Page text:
New Delhi, July 9: It's a marriage between two policies. On one hand, it is India's Act East Policy which received a boost under Prime Minister Narendra Modi as India focussed on engaging more with countries of eastern and southeastern nations for economic and strategic gains. On the other, the Moon Jae-in government of South Korea unveiled its New Southern Policy in November 2017 aiming to deepen ties with countries of Southeast Asia to reduce its over dependence on big powers like China and the US.
As part of his new policy, South Korean President Moon Jae-in made Indonesia the destination of his maiden state visit to the region in November last year and was accompanied by a huge business delegation.
Moon had told in a business forum in Jakarta then that Korean diplomacy in Asia has been more oriented towards Japan, China and Russia and it was time to expand Seoul's horizons.
South Korea's 'north' and 'south' policies
However, this southern policy is not meant to eclipse North Korea's focus on its key northern neighbours but to reflect Moon's New Northern Policy aimed at improving ties with Russia and other northeastern Asian nations like China, Japan and Mongolia. Moon has also played a proactive role to improve ties with North Korea, Seoul's biggest regional foe for decades.
In July 2018, Moon followed the visit to Indonesia with twin trips to India and Singapore - two key economies of South and Southeast Asia - as part of his New Southern Policy after a hiatus caused by his busy engagement with North Korea, United States, China and Japan over realisation of a denuclearised and peaceful Korean Peninsula.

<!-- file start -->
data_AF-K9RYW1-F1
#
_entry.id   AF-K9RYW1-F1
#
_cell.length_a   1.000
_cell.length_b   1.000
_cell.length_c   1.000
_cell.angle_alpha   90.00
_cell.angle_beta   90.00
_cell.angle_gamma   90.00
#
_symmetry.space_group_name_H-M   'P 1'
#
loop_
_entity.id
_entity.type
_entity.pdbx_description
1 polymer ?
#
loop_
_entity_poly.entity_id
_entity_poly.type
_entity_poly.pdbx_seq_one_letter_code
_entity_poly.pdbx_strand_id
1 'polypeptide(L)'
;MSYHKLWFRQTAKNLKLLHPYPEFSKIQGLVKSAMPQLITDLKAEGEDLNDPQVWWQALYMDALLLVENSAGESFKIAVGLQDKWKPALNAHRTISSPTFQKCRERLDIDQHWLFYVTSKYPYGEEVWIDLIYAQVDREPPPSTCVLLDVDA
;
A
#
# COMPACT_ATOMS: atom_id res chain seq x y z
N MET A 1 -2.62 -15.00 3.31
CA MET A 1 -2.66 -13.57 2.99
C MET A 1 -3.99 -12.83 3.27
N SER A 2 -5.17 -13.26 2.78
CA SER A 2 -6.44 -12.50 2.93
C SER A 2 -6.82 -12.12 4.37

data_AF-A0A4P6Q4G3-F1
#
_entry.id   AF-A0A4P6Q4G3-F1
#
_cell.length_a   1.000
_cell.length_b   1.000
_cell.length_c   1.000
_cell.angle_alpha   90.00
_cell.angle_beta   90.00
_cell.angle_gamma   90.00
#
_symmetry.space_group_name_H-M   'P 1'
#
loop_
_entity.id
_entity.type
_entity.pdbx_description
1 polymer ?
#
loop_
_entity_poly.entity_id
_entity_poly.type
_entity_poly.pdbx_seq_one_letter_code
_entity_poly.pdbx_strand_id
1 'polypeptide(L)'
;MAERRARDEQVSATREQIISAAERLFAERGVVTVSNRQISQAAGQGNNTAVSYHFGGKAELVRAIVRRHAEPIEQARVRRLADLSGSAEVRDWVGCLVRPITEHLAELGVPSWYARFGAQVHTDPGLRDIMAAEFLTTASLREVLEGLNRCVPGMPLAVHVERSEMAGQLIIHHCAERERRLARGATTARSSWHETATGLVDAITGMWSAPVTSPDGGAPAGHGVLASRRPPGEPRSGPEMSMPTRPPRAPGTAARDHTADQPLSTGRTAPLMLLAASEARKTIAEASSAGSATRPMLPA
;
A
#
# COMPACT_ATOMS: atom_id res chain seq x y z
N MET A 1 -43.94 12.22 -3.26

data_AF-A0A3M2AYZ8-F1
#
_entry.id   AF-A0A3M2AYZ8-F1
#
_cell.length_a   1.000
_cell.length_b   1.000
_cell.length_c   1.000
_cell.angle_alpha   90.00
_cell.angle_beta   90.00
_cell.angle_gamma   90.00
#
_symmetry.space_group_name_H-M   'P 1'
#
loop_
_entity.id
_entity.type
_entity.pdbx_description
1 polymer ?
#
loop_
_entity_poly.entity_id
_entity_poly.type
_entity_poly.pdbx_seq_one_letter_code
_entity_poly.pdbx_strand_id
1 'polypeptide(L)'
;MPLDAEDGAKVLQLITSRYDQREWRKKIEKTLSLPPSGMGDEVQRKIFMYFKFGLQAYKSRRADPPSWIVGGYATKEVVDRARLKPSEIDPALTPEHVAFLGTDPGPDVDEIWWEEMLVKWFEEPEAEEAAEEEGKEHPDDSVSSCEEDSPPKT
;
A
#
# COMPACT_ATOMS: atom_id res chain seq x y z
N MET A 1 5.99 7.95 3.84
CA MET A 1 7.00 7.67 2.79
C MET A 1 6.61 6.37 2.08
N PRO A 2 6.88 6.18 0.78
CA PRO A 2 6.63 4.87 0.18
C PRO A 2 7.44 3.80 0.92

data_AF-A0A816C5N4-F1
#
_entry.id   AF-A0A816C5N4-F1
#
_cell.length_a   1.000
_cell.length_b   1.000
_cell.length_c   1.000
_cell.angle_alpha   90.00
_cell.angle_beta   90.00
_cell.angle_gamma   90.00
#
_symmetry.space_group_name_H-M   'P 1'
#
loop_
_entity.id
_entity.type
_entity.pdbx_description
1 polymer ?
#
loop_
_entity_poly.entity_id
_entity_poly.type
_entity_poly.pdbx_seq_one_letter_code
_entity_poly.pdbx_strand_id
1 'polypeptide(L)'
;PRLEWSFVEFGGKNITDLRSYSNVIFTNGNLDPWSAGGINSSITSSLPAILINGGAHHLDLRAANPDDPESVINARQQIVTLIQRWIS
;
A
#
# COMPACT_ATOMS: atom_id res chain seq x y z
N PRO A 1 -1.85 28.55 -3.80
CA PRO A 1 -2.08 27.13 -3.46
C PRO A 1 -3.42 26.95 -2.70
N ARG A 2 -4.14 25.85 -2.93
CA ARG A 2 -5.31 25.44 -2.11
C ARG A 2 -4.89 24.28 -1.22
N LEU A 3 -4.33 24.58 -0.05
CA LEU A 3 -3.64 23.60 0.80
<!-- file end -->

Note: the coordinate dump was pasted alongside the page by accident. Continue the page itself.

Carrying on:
How does India fit into South Korea's New Southern Policy apart from the fact that its importance in East Asia has grown over the years owing to its Look East and Act East policies.
India and South Korea share a very old relation and in the modern times, too, the two democracies have seen a harmonious relationship ever since they set up diplomatic ties in the early 1970s.
Today, as South Korea looks to strengthen its economic diplomacy to balance its strategic and peace-making diplomacy in its north, it looks to developing economies like India in the South. It counts India and the Asean as key parts of its New Southern Policy to help its economy as well as overall repositioning in the Indo-Pacific.
South Korea's tense relation with China
South Korea also has a tense relationship with China even though the North Korean nuclear problem makes them all look harmonious at the moment. As the US and Japan stress on India's role in countering China to make the Indo-Pacific a more free zone, South Korea also doesn't want to miss the opportunity even though it doesn't want it to be seen in anybody's side in the diplomatic power game. It chooses to play instead a soft game of economic diplomacy with India, something that other Asean countries are also doing to pursue a finely balanced foreign policy.
China and Japan pose considerable economic challenges to South Korea, known to be economically advanced, and this has prompted Seoul to find alternative partners for long-term gains and India perfectly fits that plan.
Despite New Delhi and Seoul signing the Comprehensive Economic Cooperation Agreement in 2009, bilateral trade and economic ties between the two countries remain below the potential and South Korea finds the Indian market an ideal one for its technological, automobile and consumer products that are facing stiff challenge from the Chinese and Japanese.
It is important for India to reciprocate to the South Korean initiative of New Southern Policy with a more determined Act East Policy which not only counts on strategic competition with China but also on economic gains from other well-to-do nations in the region.